Crown divisions of Campanula takesimana were potted 1 Sept. 1994 and were grown under natural conditions until 19 Nov., when they were moved into a 3 °C greenhouse. On 15 Feb. 1995, 10 plants were randomly assigned to each of four temperature treatments (−5, −8, −11, and −14 °C), using each of four freeze acclimation procedures designated A through D: group A plants were held at treatment temperatures for 30 minutes; group B plants were first subjected to three alternating freeze-thaw cycles (−3 °C for 24 hours, 3 °C for 24 hours), then held at treatment temperatures for 30 min; plants in group C were held at −1 °C for 14 days and subsequently were exposed to treatment temperatures for 30 minutes; group D plants were held at treatment temperatures for 48 hours. A control group was held at 3 °C for the duration of the study. Following 6 weeks regrowth at 15 °C, plants were rated for survival and regrowth quality relative to unfrozen controls. At treatment temperatures of −8 °C and less, acclimation procedure significantly influenced survival and regrowth quality. Plants exposed to three freeze-thaw cycles had the highest regrowth ratings at treatment temperatures less than −5 °C, with no loss in marketability following exposure to −11 °C. In addition, all plants exposed to freeze-thaw cycles thrived following controlled freezing, whereas those in each of the other groups displayed a decline in survival with decreasing treatment temperatures. Holding plants for 14 d at −1 °C had no beneficial effect on survival or regrowth quality relative to plants held at constant above-freezing temperatures. Increasing exposure duration from 30 minutes to 48 hours significantly reduced regrowth quality at treatment temperatures of −8 °C and −11 °C.
Fifteen perennials were subjected to four to six (depending on species) levels of controlled freezing in chest freezers to determine killing temperatures. Average potting medium temperatures in six 1-liter pots of each species per freezing treatment were allowed to drop to target temperatures before plants were removed from freezers. Plants were held at 5 ± 2C for 3 months before freezing and for 24 hours after freezing before placing at 1 ± 2C. Two weeks after freezing, plant regrowth was rated on a scale of 1 to 5, 1 being dead, 3 being salable, 5 being normal (as controls of no freezing). Temperatures at which plants dropped below a 3 rating—not reliably hardy at that temperature—were –2C for Aster lateriflorus horizontalis and Tricyrtis formosana `Amethystina'; –6C for Caryopteris ×clandonensis `Longwood Blue', Phlox paniculata `David', Tiarella cordifolia collina `Oakleaf', Tricyrtis hirta `Miyazaki', and Veronica `Sunny Border Blue'; -9C for Astilbe `White Gloria', Hemerocallis `Joan Senior', Leucanthemum ×superburn `Alaska', and Tiarella c.c. `Dunvegan' and <13C for Monarda `Marshall's Delight', Phlox paniculata `White Admiral', Tiarella c. c. `Laird of Skye', and Achillea `Coronation Gold'.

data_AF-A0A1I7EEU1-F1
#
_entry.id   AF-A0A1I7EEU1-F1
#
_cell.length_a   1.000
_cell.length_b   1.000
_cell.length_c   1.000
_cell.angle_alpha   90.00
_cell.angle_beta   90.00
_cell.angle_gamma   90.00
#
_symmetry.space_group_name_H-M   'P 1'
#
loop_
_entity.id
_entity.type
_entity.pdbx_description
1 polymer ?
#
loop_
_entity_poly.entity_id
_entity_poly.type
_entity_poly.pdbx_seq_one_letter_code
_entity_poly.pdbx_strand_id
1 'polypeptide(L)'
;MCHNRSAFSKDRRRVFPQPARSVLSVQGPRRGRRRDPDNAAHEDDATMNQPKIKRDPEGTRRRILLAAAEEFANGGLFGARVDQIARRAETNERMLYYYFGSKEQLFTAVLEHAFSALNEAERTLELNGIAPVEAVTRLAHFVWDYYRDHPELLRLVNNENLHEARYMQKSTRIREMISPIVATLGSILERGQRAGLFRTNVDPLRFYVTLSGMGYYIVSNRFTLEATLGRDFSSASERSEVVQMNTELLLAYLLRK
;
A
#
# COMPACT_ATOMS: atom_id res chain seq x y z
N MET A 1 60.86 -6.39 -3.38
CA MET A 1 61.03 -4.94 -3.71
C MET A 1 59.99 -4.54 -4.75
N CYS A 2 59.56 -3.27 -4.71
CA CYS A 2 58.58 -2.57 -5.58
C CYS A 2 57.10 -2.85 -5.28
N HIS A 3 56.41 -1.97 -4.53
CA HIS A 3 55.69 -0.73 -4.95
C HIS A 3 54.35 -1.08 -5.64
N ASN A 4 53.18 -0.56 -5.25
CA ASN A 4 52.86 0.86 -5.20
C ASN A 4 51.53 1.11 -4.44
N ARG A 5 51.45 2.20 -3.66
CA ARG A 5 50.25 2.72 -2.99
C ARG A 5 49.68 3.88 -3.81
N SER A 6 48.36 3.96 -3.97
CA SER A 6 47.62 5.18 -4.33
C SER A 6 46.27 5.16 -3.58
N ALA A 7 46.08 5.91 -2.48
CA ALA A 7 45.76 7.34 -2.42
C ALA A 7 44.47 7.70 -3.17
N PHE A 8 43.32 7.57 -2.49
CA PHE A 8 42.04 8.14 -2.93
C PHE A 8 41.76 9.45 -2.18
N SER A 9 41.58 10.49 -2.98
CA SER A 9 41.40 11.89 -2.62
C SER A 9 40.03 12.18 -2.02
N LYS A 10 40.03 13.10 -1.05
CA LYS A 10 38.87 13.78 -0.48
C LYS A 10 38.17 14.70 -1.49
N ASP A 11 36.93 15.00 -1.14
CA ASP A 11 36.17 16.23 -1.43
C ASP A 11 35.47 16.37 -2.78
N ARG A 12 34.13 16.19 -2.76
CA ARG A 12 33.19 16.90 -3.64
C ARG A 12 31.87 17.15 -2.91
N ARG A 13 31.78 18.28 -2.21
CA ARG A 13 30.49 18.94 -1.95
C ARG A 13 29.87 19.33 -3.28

Over the past 7 years, eight plants have been introduced from the Mt. Cuba Center for the Study of Piedmont Flora—two woody and six herbaceous ornamentals—which will be illustrated and described. Cornus sericea `Silver and Gold', 1988, is a sport of and similar to `Flaviramea' with white variegated leaves. Aster novae-angliae `Purple Dome', 1989, is a widely known and compact form (50 cm tall) of the species. Heuchera americana `Garnet', 1989, has shiny green foliage of the species mottled garnet-red. Solidago sphacelata `Golden Fleece', 1989, is a compact (50 cm) form of the species with semi-evergreen basal foliage, winning the ISU outstanding plant award in Switzerland in 1994. Leucothoe axillaris `Greensprite', 1991, is easy to propagate and quick to grow, with solid green, narrow leaves with undulating edges and attenuated tips. Pachysandra procumbens `Forest Green', 1992, has larger leaf whorls and a more smoothly undulating surface than the species. Trillium grandiflorum `Quicksilver', 1992, is similar to the species only with 1-year doubling time. Aster laevis `Bluebird', 1995, is similar to the species but has so far been free from foliage diseases.
In this experiment, the effects of salinity from 0.0%, 0.5%, 1.0%, and 5.0 % NaCl on Hibiscus syriacus L. and Hibiscus hamabo Sieb. & Zucc. seed germination with various temperature and Ca treatments was investigated in petri dishes with 10 ml of distilled water or with the appropriate saline solution. At 11 days after treatment, the highest germination rate was obtained at 20C with H. syriacus and 25C with H. hamabo without NaCl and Ca treatments. At 25C, only H. hamabo seeds germinated with 1% NaCl, with dry and fresh weight increasing as Ca concentration increased. With 0.5% NaCl treatment, the germination rate of H. hamabo and H. syriacus increased as Ca concentrations (0.0, 13.35, and 133.5 mM) increased. Without NaCl treatments, hypocotyl and leaf length and width of H. syriacus were longer than those of H. hamabo; with NaCl treatments, the inverse was true.